The subject line says it. Living where I do, taking a quick commuter train ride to Washington is a trivial matter, so it's not surprising that I've shot a lot of photos of iconic locations there....monuments, memorials, etc. It's a photogenic city, hard to resist with a camera. Millions of tourists notice that too; I'd be surprised if on the dreariest, most dismal day of the year, 10 million shutters did not snap.
The question is, why more? While it's a great city, nobody actually likes it. Toxic politics, lobbyists, federal contractors and protestors add to the crush of tourists, but who really wants a picture of the White House on their wall. I don't, but I do have 190+ of the city on FAA. The same thing could be said with less venom about places like New York, the Grand Canyon, the Golden Gate Bridge, etc.
So, why do this? I was looking through some DC shots this morning and saw that FAA has, e.g., 9000+ pictures of the Capitol and similar numbers for other places in DC, some nearly perfect duplicates of mine....same thing for Brooklyn Bridge and Empire State Building pictures, mostly worthy images, but just how many does the world actually need? I'm sure that other iconic locations are similar. My thinking was that MY picture of the Empire State Building, seen from the Top of the Rock, is different from the all of the others.
You can point to subject matter like snowy mountains, flowers, sunsets, creamy waterfalls, etc and see the same thing. I just found 8933 pictures of Antelope Canyon. I guess we all think that OUR creamy waterfall is better than all of the others or that we discovered Antelope Canyon.
The question is, how many people out there, doing this, think about just how iconic a location or compositions is and just why do you think the world needs another one? I'd actually love to see some statistics on whether buyers prefer originality or whether they prefer something predictable, and, which icons do they actually like vs which they avoid. It would be the science and statistical analysis of art preferences. On the other hand, maybe we just don't want to know.
Quite true, but I guess I wonder about the preference, both from artists and from customers for iconic vs original. Most of what I have sold is what I would call lower level icons, nothing original but not as iconic as the Empire State Building. You can't sell the picture that's not there. I guess that's why the statistician in me would love to have numbers....what do buyers actually want and what do artists actually create....a marketing study, to trivialize it.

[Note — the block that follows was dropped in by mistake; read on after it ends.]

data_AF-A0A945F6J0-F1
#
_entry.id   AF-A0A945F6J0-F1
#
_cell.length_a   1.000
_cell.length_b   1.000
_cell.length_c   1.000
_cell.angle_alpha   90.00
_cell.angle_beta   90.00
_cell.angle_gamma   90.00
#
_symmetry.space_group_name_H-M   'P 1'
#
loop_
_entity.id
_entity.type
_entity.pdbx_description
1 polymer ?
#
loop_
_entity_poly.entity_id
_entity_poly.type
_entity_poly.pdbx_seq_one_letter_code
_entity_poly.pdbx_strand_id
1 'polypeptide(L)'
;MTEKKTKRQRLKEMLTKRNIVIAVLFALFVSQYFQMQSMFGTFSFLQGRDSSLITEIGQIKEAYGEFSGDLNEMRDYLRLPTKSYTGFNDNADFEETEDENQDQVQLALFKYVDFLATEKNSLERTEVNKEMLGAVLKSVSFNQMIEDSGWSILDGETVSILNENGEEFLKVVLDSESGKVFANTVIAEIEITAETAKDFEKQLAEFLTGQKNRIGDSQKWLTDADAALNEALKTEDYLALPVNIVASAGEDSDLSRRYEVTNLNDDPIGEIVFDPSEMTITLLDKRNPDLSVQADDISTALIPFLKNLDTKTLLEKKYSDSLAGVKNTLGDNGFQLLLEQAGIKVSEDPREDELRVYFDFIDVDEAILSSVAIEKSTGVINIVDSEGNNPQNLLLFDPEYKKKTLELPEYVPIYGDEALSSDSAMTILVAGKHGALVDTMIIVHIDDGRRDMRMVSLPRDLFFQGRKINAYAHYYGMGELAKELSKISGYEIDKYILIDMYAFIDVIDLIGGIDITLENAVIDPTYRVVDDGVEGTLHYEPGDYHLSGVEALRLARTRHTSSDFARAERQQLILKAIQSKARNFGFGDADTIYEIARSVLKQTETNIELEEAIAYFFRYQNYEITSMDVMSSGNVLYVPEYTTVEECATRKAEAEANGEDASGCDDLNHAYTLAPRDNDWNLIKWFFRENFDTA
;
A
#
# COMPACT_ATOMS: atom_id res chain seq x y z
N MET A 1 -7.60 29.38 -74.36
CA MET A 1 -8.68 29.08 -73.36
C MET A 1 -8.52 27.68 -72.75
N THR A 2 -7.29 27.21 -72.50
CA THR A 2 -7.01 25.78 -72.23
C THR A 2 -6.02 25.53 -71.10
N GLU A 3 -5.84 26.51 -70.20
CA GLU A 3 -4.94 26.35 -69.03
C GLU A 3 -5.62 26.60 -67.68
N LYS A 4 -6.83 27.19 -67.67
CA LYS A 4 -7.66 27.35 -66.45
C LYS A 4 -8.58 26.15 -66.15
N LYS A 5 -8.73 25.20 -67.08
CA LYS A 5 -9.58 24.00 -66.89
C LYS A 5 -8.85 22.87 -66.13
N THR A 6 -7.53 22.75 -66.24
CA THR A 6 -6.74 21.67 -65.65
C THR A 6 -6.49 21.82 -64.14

the world needs MINE. there might be many of the others, but only one of mine. you present something is important. you can buy chicken anywhere, but put the right spice on it, and it becomes something special, same goes with art.
people aren't getting originality, and that is subjective anyway. if they are looking for a certain location, nothing is original as they all start looking the same. you might have the way they want though. i think people get stuff because it means something to them. or it just happens to fit the need they have and they can stop looking.
I like visiting popular sites and so I take pictures of them. Beyond that, Roy Pedersen has said it as about as good as it can be said.
My best selling image here is of an iconic site where there are at least a thousand renditions of it on FAA. I am sure of those thousand other images, mine is not even close to the best seller. But I am okay what that. I sell enough of them to put me on the first page of the search and that is plenty good enough for me.
My biggest seller BY FAR is a tree that's been shot to death. There are 500 shots of that exact tree here on FAA, most of them are similar. People come from all over the world to photograph it. This year I met a well known photographer from Iceland at the tree. He had made a side trip while in the US just to come photograph it.
People like what they like. Popular things are popular for a reason. If you can make a worthy shot that gets to the front of the line in search, it will sell. Honestly, I don't think I have any non-icon shots that have sold on here.